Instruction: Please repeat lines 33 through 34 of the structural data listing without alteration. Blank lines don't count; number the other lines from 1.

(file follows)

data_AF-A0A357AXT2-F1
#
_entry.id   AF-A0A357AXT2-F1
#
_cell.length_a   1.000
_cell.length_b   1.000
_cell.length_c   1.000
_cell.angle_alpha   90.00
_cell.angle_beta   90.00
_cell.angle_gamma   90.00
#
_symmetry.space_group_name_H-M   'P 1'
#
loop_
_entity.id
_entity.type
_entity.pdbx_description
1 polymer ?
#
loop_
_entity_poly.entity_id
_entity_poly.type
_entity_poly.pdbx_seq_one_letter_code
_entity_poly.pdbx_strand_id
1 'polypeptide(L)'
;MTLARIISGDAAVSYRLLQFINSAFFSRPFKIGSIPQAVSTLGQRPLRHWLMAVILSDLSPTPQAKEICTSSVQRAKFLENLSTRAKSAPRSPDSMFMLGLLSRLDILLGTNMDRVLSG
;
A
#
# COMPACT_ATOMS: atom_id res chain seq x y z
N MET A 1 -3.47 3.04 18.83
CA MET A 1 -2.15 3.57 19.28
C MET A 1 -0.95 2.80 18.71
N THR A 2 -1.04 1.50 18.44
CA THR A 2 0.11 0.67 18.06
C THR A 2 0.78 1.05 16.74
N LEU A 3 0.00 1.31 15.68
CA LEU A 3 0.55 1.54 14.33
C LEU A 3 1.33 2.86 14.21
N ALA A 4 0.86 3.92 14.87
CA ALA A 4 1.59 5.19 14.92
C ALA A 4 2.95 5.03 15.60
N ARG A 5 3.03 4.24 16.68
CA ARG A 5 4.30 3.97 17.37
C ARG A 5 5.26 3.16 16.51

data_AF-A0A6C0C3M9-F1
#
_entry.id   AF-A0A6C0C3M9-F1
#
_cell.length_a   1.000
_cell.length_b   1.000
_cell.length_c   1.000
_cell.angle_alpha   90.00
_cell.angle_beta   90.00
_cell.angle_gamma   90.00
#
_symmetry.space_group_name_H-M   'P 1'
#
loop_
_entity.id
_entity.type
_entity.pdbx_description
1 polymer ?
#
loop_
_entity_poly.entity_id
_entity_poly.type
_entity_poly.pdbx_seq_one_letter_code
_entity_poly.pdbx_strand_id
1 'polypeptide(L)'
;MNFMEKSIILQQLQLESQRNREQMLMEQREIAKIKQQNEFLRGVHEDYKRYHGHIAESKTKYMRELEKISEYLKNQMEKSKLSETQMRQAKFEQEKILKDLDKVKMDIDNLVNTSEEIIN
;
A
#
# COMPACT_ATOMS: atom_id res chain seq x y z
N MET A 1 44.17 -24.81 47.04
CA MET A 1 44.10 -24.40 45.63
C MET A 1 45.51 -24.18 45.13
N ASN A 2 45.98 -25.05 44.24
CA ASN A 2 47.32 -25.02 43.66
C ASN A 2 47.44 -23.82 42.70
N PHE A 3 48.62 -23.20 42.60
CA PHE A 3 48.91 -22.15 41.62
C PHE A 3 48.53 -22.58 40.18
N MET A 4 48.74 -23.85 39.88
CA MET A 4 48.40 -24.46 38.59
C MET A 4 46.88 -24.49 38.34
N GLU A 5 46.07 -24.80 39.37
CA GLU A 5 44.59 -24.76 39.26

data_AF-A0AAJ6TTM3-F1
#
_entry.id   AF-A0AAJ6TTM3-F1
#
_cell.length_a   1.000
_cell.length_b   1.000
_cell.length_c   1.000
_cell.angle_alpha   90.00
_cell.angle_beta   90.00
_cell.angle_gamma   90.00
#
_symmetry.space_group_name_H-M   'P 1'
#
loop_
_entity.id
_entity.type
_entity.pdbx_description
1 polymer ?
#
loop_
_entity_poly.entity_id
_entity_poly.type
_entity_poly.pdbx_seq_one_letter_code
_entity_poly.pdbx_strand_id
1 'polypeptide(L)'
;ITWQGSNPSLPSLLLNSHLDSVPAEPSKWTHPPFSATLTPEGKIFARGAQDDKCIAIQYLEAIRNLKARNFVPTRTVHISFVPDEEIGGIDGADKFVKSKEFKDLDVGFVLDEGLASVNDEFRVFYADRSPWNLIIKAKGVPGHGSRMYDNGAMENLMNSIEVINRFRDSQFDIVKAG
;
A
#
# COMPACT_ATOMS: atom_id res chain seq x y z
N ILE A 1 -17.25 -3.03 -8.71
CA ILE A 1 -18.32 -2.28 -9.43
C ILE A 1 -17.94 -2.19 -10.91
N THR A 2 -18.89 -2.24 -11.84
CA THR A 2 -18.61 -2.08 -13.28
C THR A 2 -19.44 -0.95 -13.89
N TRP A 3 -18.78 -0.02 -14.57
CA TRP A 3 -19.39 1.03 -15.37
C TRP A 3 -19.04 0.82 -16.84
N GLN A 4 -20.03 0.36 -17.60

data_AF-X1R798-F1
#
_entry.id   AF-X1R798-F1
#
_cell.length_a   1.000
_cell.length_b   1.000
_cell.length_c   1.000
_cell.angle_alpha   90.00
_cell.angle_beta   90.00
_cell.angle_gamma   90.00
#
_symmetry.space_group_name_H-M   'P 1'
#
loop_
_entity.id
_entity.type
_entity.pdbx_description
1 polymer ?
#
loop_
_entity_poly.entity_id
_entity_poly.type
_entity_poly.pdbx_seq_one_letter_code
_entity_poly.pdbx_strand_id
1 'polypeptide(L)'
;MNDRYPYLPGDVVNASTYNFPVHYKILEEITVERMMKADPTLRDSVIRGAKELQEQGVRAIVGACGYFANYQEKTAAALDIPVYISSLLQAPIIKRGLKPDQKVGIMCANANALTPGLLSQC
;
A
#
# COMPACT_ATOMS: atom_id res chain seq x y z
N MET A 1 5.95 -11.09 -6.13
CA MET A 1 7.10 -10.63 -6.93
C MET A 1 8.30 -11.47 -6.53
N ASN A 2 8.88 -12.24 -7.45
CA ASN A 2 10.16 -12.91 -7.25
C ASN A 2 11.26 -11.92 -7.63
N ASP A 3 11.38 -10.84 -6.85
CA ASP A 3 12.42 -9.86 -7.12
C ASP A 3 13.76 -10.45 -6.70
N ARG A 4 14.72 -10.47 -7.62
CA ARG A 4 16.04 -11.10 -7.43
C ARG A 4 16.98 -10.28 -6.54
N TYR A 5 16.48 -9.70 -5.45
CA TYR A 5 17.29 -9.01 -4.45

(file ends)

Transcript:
C MET A 1 -0.95 2.80 18.71
N THR A 2 -1.04 1.50 18.44